- decisions by which the appellate court that annul the decision of the court of first instance and refer the case back to the court of first instance for further proceedings.
Deadline and procedure for filing an appeal
The deadline for filing an appeal is set by law at two months from the delivery of the decision of the appellate court. However, it is filed like other extraordinary appeals with the first instance court, although the second instance decision is always challenged. If it is filed within the deadline at the Supreme Court or the appellate court, the deadline is considered preserved. However, missing the deadline cannot be forgiven.
The appellant can file an appeal, i.e., the person who was a party to the previous proceedings before the appellate court, or their legal successors.
Only a party to the proceedings who has suffered harm as a result of the contested decision is entitled to appeal. Thus, a party who has been fully satisfied by the judgment of the appellate court cannot file an appeal.
Due to the high level of expertise and emphasis on the legal aspect of the matter, the appellant must in principle be represented by a lawyer (or a notary within the scope of their activities), unless they have a university degree in law themselves. An exception is also made for appellants who are legal entities, regions, municipalities, or the state, provided that they are represented by a person with a legal education.
What must the appeal contain?
- Which decision it is directed against, whether it is a resolution or a judgment. It should also include the designation of the court that issued the decision, as well as the case number.
- The extent to which the decision of the appellate court is contested (i.e. which judgments or parts thereof).
- The grounds of appeal – the identification of the legal assessments considered incorrect by the appellate court, and the nature of this incorrectness.
- The appellant must indicate the fulfillment of the conditions for the admissibility of the appeal. It is necessary to state why the appellant believes that the Supreme Court should admit the substantive examination of their appeal, according to the conditions specified in the Civil Procedure Code.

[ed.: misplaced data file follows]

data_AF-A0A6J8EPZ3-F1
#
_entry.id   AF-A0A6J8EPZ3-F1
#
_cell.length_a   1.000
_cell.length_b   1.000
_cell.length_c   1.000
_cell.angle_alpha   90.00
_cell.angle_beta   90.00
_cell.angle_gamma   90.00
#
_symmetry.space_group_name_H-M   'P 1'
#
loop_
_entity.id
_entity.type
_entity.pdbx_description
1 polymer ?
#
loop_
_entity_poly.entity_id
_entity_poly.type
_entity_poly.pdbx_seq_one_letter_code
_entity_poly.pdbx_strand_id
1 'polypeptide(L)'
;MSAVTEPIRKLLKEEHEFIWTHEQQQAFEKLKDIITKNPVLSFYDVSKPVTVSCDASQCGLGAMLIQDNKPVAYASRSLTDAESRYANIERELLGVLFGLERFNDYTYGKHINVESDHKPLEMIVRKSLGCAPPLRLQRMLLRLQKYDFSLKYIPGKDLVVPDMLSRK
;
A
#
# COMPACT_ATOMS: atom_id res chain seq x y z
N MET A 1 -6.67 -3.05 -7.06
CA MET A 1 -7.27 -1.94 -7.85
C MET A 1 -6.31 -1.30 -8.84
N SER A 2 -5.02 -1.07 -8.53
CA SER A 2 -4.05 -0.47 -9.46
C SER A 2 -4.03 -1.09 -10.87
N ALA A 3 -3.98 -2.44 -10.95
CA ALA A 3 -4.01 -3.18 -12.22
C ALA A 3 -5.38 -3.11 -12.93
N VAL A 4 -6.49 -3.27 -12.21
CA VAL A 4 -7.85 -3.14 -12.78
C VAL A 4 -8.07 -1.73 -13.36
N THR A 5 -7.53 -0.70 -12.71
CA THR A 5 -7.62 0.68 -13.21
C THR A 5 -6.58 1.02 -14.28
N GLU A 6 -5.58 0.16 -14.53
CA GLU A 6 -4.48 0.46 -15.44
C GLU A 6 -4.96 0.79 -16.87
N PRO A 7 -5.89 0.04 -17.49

- What the appellant seeks (e.g. annulment or amendment of the decision).
Procedure and decision-making of the Supreme Court
In practice, the Supreme Court does not review factual findings and does not conduct evidence proceedings. It therefore decides only on the basis of the case file and, as stated above, it therefore examines the legal aspect of the case. As a rule, it decides without ordering a hearing and therefore without the participation of the public.
The Supreme Court may:
- reject the appeal if it was brought incorrectly or suffers from any defects. The court must give a decision rejecting the appeal within six months of the date on which the case was brought before it,
- dismiss the appeal if it considers that the decision of the court at second instance was correct,
- reverse an incorrect decision of the appellate court if the case can be decided directly on the basis of the case-file. However, this is more likely to happen in exceptional situations,
- set aside the incorrect decision and remand the case for a new hearing.
Tip: Given the specifics that limit the filing of appeals (especially given that their main purpose should be the creation and unification of case law), the success rate of appeals is very low, around 5%. The majority of appeals filed in civil proceedings are rejected by the Supreme Court because they do not contain a sufficient statement of the presumption of admissibility or the grounds of appeal. In this case, it is always worth finding a lawyer who is experienced not only in legal practice but also in legal theory.
According to figures reported in the media, the average time taken by chambers to process appeals in criminal cases is 42 days; for civil appeals, the average time taken is about 160 days. However, there are also exceptional cases that can take up to two years to be processed.
The Supreme Court’s decisions are again delivered to the parties by the first instance courts, but the parties can find out the outcome within 24 hours of the decision being issued electronically on the court’s website.
If you disagree with the Supreme Court’s decision, then you have only one defense. However, there are no further remedies, but rather a constitutional complaint, provided that there has been a violation of a party’s fundamental rights and freedoms in the previous proceedings.